The dramatic rise in financial instability in recent years suggests that decision-making is not benefiting from this well-balanced approach. The managers’ counter balance is not working and the rise of the IPOs is part of the problem. As investors pour money into risky IPO schemes, managers in those companies take this as a signal of an appetite for risk. If they have reservations about the level of risk, these will seem less important as investors’ funding increases. A business idea may seem to an experienced manager to involve a high level of risk, but, if investors are willing to put $20m into it, the manager is inclined to follow, not counter, investors’ exuberance. The scale of spending on fixed and working capital will tend to increase, reflecting investors’ enthusiasm.
When levels of IPO activity are high, managers will be encouraged to take on risks that at other times they would consider excessive. The ultimate source of financial instability is the fact that risk is attractive to wealthy investors, who are willing to invest speculatively. The role of managers as a counter balancing force is a crucial part of reducing financial instability, and accounting and financial training needs to highlight the dangers of adopting a positive view of risk. The rapid expansion of Tesco has now gone into dramatic reverse, highlighting the risks involved with global expansion and diversification. Tesco’s problems are gradually coming to light, but they are exemplars of a more widespread problem in financial risk management.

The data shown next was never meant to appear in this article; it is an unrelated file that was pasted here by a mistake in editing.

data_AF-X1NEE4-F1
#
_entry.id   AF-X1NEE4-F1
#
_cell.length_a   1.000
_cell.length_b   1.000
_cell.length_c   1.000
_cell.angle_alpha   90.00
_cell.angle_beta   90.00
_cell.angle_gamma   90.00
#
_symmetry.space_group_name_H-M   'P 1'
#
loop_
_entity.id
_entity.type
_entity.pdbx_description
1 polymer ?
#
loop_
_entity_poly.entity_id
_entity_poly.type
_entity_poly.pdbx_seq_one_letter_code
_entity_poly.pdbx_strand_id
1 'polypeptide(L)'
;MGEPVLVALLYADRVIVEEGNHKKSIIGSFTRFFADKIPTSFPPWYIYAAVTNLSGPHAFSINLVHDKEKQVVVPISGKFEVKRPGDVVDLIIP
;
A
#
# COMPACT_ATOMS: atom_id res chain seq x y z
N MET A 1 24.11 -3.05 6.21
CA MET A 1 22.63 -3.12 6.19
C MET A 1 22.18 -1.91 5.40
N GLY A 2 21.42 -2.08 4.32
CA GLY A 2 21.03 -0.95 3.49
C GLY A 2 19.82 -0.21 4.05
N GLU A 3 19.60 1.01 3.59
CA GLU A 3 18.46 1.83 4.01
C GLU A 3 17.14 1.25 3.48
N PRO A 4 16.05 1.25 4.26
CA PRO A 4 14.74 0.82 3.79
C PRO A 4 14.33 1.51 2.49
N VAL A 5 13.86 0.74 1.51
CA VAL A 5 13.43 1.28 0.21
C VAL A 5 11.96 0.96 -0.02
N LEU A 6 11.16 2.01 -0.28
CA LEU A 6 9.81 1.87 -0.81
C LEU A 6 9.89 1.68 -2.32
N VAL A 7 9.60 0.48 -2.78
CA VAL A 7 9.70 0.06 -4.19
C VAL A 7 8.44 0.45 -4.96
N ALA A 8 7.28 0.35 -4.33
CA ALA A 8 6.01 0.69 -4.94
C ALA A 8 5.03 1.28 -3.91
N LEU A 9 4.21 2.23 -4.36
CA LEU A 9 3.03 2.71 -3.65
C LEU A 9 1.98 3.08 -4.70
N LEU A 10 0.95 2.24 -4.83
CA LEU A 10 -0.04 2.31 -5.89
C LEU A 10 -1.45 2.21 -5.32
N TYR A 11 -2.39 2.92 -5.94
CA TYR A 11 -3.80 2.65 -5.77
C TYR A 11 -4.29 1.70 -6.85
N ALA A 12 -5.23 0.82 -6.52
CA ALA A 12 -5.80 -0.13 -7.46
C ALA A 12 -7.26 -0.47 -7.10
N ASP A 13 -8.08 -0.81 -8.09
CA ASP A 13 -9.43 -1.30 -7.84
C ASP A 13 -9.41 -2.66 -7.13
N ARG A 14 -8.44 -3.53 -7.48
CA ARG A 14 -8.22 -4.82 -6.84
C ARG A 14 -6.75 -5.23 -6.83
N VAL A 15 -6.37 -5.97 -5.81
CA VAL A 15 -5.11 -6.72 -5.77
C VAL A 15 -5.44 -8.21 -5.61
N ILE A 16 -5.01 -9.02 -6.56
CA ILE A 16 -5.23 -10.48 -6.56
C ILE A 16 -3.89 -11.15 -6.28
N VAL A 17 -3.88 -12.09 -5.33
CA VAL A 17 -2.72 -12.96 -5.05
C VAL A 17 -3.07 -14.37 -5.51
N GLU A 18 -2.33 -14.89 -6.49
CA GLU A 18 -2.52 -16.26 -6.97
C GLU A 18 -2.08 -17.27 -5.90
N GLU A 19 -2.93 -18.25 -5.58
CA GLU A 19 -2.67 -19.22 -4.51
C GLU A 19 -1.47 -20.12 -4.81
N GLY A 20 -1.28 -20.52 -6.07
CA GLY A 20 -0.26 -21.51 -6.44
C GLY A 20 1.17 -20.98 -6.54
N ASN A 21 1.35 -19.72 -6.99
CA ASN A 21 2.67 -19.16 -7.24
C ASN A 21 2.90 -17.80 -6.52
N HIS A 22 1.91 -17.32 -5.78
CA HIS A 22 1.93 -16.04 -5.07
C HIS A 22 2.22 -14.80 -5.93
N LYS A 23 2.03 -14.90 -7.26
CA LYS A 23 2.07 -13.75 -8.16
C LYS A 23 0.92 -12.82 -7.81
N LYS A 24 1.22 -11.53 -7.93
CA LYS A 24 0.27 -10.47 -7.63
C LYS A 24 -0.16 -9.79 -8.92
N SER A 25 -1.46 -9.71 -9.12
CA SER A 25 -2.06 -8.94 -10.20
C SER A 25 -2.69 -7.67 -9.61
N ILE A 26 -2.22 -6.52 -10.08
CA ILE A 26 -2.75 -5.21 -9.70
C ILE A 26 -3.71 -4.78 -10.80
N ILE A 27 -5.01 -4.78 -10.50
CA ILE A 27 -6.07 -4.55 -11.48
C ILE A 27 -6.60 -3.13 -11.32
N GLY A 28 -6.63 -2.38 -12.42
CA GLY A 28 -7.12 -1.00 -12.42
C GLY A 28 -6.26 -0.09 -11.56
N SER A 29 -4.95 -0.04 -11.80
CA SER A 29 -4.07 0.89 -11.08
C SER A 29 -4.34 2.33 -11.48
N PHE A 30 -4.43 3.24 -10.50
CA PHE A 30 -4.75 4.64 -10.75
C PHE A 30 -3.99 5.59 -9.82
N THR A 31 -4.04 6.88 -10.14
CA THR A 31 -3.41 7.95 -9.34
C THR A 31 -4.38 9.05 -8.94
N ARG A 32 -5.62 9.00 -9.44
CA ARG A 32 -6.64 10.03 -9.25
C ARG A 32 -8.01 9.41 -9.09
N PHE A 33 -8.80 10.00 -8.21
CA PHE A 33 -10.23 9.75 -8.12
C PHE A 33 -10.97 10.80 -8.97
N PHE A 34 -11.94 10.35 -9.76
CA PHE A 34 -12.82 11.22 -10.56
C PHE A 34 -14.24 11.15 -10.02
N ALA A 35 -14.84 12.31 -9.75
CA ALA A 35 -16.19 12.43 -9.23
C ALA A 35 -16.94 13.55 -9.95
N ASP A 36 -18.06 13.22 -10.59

Dr Aneirin Sion Owen FCA is a committee member of Liverpool Society of Chartered Accountants and senior lecturer at Liverpool John Moores University.
Originally published in Economia on 14 October 2015.